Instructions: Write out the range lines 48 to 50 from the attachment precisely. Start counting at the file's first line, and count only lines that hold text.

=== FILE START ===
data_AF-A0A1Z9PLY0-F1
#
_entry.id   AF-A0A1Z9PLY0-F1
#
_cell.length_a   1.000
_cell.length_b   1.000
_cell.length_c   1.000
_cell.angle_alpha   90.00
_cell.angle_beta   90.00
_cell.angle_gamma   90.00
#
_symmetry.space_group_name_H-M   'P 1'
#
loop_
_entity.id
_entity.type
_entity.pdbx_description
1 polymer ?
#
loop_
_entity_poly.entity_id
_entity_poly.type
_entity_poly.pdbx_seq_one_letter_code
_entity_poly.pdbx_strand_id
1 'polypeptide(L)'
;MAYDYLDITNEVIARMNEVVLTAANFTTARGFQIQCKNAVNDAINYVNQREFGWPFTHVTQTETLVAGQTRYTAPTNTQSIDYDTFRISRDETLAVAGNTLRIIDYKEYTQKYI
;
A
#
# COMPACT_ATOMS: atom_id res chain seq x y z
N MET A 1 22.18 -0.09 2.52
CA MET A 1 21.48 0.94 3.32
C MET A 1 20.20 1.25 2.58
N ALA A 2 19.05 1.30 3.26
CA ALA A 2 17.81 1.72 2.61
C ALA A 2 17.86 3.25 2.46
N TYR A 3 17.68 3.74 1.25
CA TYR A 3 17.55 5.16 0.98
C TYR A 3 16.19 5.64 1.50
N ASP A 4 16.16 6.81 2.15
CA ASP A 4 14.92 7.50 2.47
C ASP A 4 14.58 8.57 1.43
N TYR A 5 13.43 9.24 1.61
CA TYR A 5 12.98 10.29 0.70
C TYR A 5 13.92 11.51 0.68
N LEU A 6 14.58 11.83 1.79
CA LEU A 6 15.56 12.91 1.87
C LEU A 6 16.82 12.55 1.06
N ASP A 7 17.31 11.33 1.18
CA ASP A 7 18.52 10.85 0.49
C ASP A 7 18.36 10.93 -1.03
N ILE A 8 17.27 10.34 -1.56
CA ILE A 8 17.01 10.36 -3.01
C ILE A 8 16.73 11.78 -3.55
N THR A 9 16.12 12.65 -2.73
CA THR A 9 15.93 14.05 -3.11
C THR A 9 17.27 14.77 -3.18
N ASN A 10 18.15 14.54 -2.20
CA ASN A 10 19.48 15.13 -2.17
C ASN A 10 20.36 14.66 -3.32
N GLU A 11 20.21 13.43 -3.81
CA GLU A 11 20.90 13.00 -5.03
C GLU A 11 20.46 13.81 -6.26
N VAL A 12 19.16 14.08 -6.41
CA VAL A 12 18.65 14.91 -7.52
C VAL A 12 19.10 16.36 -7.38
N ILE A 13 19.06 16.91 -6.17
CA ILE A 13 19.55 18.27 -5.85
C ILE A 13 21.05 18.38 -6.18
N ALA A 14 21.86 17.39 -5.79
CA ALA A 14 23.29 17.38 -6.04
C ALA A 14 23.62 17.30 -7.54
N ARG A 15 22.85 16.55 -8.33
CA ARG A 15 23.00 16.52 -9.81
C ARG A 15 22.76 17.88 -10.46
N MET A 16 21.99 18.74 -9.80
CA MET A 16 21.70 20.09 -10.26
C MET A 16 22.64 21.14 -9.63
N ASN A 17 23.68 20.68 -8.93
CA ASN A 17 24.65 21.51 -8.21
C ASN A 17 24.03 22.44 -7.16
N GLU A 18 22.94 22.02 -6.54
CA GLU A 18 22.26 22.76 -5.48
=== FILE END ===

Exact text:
C LEU A 6 16.82 12.55 1.06
N ASP A 7 17.31 11.33 1.18
CA ASP A 7 18.52 10.85 0.49